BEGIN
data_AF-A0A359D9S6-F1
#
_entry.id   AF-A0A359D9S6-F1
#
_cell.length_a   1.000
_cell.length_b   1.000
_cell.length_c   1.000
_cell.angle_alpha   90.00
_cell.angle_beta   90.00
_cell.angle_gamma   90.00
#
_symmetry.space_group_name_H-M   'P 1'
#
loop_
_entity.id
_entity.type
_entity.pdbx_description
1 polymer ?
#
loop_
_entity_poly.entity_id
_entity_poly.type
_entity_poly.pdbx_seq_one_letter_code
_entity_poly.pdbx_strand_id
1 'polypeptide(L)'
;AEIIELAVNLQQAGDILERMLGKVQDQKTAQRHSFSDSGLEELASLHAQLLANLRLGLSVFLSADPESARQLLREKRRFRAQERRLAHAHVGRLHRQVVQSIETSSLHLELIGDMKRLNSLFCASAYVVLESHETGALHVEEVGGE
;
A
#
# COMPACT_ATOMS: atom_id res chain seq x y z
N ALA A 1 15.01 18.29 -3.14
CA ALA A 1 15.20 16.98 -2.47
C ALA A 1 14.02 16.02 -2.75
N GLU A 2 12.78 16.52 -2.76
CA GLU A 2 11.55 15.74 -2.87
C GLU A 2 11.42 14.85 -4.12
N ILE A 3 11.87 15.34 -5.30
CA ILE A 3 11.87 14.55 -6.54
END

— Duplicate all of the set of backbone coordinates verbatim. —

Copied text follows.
data_AF-A0A359D9S6-F1
#
_entry.id   AF-A0A359D9S6-F1
#
_cell.length_a   1.000
_cell.length_b   1.000
_cell.length_c   1.000
_cell.angle_alpha   90.00
_cell.angle_beta   90.00
_cell.angle_gamma   90.00
#
_symmetry.space_group_name_H-M   'P 1'
#
loop_
_entity.id
_entity.type
_entity.pdbx_description
1 polymer ?
#
loop_
_entity_poly.entity_id
_entity_poly.type
_entity_poly.pdbx_seq_one_letter_code
_entity_poly.pdbx_strand_id
1 'polypeptide(L)'
;AEIIELAVNLQQAGDILERMLGKVQDQKTAQRHSFSDSGLEELASLHAQLLANLRLGLSVFLSADPESARQLLREKRRFRAQERRLAHAHVGRLHRQVVQSIETSSLHLELIGDMKRLNSLFCASAYVVLESHETGALHVEEVGGE
;
A
#
# COMPACT_ATOMS: atom_id res chain seq x y z
N ALA A 1 15.01 18.29 -3.14
CA ALA A 1 15.20 16.98 -2.47
C ALA A 1 14.02 16.02 -2.75
N GLU A 2 12.78 16.52 -2.76
CA GLU A 2 11.55 15.74 -2.87
C GLU A 2 11.42 14.85 -4.12
N ILE A 3 11.87 15.34 -5.30
CA ILE A 3 11.87 14.55 -6.54